The occupation of the inhabitants is still largely agricultural. Wire mills and white-lead works have been established on the Warrington side.

The township is governed by a parish council of five members.

The Warrington Corporation has a sanatorium, built in 1903.


This township, with Penketh as a hamlet, was included in the demesne of the lords of Warrington. The manor of GREAT SANKEY is mentioned in several Boteler settlements and inquisitions, (fn. 3) and on the sale of their estates about 1585 became the property of the Bolds of Bold. (fn. 4) Sir Thomas Bold in 1610 granted it to Thomas Tyldesley and Thomas Orme; the latter shortly afterwards resigned his interest, so that Thomas Tyldesley was solely seised in 1613. (fn. 5) Within fifteen years it had passed to Sir Thomas Ireland of Bewsey, (fn. 6) and has since descended, with other estates of this family, to Atherton, Gwillym, and Powys, Lord Lilford being the present lord of the manor. (fn. 7) Manor courts were held yearly until 1888. (fn. 8)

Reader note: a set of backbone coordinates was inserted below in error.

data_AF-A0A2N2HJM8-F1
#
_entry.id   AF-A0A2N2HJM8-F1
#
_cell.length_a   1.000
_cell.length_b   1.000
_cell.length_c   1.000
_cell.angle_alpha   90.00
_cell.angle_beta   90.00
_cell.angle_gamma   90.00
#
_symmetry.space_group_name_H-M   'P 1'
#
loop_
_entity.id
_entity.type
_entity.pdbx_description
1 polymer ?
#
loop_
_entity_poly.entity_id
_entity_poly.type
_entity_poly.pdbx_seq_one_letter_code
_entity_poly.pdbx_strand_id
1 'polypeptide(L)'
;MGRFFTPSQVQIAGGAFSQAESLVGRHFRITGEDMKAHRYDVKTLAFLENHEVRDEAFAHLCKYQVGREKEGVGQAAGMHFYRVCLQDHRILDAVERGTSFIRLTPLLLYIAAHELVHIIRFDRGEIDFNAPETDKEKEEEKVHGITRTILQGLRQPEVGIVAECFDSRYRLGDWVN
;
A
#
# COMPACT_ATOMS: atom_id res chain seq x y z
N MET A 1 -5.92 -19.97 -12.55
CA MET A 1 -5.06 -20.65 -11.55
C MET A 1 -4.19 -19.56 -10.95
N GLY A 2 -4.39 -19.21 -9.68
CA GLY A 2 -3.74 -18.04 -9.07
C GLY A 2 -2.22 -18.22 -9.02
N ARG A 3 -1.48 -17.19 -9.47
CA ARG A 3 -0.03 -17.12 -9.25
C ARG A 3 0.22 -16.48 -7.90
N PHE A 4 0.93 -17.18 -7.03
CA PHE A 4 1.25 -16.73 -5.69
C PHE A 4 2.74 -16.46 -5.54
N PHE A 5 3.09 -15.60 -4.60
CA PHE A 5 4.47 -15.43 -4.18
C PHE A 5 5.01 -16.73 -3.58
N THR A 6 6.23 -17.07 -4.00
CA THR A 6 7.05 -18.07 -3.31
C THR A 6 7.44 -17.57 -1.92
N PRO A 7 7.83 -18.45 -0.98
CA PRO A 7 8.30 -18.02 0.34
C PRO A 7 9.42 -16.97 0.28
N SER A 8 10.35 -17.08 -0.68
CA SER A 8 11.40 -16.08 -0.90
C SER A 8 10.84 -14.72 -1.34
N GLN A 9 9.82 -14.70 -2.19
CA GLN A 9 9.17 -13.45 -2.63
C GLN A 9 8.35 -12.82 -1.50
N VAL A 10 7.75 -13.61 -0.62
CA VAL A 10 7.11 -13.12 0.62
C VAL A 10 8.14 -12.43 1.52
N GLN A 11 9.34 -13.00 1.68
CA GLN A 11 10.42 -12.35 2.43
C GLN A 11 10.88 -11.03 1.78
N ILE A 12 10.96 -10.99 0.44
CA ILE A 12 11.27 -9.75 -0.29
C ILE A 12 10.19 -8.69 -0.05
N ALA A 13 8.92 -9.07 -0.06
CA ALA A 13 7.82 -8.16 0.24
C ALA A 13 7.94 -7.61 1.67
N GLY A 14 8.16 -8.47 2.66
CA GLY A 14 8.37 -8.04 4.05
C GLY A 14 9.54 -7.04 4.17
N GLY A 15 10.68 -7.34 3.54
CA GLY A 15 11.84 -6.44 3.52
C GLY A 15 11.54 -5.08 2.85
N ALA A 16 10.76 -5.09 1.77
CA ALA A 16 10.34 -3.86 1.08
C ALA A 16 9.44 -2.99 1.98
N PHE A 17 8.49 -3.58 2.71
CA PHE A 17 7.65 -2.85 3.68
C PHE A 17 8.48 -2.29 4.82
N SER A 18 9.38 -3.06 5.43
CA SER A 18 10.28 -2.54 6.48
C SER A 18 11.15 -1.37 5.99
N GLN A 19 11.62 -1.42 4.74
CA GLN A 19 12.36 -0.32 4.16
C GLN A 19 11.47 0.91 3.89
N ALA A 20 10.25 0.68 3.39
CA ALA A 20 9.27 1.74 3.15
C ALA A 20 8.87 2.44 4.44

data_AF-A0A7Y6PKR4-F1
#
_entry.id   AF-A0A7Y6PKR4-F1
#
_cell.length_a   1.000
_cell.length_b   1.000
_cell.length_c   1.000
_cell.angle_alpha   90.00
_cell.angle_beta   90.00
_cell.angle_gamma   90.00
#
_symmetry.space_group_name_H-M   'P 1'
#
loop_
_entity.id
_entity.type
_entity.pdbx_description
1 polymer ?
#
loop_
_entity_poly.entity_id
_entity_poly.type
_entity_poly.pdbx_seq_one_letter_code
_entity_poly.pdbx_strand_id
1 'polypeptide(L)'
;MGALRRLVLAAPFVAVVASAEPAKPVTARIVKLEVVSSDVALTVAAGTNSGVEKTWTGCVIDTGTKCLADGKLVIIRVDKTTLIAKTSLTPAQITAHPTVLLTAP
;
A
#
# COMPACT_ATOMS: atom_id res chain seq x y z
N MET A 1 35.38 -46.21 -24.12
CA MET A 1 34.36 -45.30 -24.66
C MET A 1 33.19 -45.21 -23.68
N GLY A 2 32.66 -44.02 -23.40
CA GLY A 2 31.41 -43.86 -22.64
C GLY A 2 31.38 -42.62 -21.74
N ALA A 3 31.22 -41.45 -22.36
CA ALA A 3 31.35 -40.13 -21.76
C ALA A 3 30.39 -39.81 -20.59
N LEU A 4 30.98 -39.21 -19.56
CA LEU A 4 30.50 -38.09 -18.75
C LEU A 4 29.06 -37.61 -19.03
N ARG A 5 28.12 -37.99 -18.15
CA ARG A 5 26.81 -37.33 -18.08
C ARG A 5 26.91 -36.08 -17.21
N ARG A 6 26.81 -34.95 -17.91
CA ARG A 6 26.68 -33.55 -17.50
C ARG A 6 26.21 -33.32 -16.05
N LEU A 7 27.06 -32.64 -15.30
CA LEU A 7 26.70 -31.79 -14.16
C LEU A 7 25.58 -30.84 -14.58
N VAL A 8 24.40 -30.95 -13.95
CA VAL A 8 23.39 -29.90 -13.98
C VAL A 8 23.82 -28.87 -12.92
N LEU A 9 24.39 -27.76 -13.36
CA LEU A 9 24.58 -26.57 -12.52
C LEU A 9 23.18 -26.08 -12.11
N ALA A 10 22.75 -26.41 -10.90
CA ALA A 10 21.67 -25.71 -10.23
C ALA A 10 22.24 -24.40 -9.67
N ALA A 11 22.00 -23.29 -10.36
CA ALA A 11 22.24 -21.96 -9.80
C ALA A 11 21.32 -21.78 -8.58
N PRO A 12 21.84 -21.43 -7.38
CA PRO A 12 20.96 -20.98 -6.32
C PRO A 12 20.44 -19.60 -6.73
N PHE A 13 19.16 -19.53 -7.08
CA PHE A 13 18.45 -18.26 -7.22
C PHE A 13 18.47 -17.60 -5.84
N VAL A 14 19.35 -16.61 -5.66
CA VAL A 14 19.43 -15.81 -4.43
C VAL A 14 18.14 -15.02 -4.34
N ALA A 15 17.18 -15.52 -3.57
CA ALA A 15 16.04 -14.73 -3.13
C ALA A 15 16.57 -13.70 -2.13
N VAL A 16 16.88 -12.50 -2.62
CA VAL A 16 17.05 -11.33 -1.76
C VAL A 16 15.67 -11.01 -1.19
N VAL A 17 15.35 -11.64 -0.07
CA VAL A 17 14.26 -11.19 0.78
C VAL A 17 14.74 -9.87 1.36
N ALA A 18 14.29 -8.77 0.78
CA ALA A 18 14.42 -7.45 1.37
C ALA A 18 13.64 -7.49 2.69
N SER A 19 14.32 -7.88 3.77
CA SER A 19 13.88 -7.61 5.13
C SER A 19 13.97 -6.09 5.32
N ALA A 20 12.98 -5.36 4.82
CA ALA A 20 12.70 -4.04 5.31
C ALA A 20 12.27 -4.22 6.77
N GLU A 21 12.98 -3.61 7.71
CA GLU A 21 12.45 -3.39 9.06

A branch of the Rixton family settled here; (fn. 9) and are said to have lived at the Peel. (fn. 10) A family named Whethull or Whittle appear during the fourteenth century, and long remained here. (fn. 11) The Leghs also held lands here, as may be seen by their inquisitions. (fn. 12) Others whose names occur in various pleadings are Ford, (fn. 13) Whitfield, (fn. 14) and Croston. (fn. 15)

Powys, Lord Lilford. Or, a lion's pawerased in bend between two crosslets fitchy gules.

The freeholders in 1600 were James Whittle, Randle Rixton, and Thomas Taylor. (fn. 16) In 1628 the contributories to the subsidy were Thomas Ireland, for Whittle House; Thomas Rixton, Peter Slynehead, and Margaret Ashton, widow. (fn. 17)

The Commonwealth surveyors of 1650 reported that the inhabitants of Great Sankey and Penketh had recently, at their own charges, built a chapel, and they recommended that it should have a separate parish. (fn. 18) After the Restoration its use, if used at all, was confined to the Presbyterian worship, but in 1728, Mr. Atherton, the lord of the manor, having conformed to the Established Church, handed over the chapel to the bishop of Chester, retaining the patronage, which has descended to Lord Lilford. (fn. 19) It was rebuilt in 1765, a collection towards the cost being made by brief. (fn. 20)